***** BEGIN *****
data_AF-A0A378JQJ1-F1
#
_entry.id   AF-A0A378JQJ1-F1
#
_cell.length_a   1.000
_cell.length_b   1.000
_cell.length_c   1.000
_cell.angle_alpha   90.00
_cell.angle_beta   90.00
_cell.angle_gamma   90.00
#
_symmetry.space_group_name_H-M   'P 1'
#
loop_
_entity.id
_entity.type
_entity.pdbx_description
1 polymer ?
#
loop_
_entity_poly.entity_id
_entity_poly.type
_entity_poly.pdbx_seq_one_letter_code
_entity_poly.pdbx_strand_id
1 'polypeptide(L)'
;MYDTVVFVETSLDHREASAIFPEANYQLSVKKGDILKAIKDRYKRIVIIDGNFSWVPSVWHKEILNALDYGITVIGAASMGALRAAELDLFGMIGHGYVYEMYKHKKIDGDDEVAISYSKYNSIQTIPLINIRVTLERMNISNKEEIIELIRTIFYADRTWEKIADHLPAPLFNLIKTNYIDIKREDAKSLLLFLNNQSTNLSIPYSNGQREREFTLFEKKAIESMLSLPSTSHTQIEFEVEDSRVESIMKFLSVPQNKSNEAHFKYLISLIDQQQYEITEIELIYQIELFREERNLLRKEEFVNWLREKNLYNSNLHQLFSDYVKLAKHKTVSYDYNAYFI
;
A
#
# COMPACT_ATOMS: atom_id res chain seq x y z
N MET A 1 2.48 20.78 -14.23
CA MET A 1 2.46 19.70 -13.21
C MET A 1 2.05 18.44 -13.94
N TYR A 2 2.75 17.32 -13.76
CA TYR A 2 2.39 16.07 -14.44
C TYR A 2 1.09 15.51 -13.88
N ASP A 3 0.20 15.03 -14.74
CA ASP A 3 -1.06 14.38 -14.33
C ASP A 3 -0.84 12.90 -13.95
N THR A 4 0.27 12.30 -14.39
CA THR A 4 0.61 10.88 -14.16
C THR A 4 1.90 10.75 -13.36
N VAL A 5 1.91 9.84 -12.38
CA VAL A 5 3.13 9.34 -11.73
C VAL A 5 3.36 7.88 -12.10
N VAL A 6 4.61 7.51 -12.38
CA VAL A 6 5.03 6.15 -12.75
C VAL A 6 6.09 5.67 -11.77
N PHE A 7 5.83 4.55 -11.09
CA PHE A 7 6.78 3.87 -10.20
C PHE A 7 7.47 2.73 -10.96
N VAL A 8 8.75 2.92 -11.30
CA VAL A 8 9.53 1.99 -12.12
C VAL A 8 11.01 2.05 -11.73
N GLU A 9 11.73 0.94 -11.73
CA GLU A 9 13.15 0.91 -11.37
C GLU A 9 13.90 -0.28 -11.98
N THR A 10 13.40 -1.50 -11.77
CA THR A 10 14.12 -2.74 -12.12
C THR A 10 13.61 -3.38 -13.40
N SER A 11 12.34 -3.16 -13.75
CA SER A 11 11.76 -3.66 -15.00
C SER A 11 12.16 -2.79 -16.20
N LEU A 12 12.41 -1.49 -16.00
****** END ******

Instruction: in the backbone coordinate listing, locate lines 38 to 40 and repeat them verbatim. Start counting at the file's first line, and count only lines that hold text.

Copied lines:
CA ASP A 3 -1.06 14.38 -14.33
C ASP A 3 -0.84 12.90 -13.95
N THR A 4 0.27 12.30 -14.39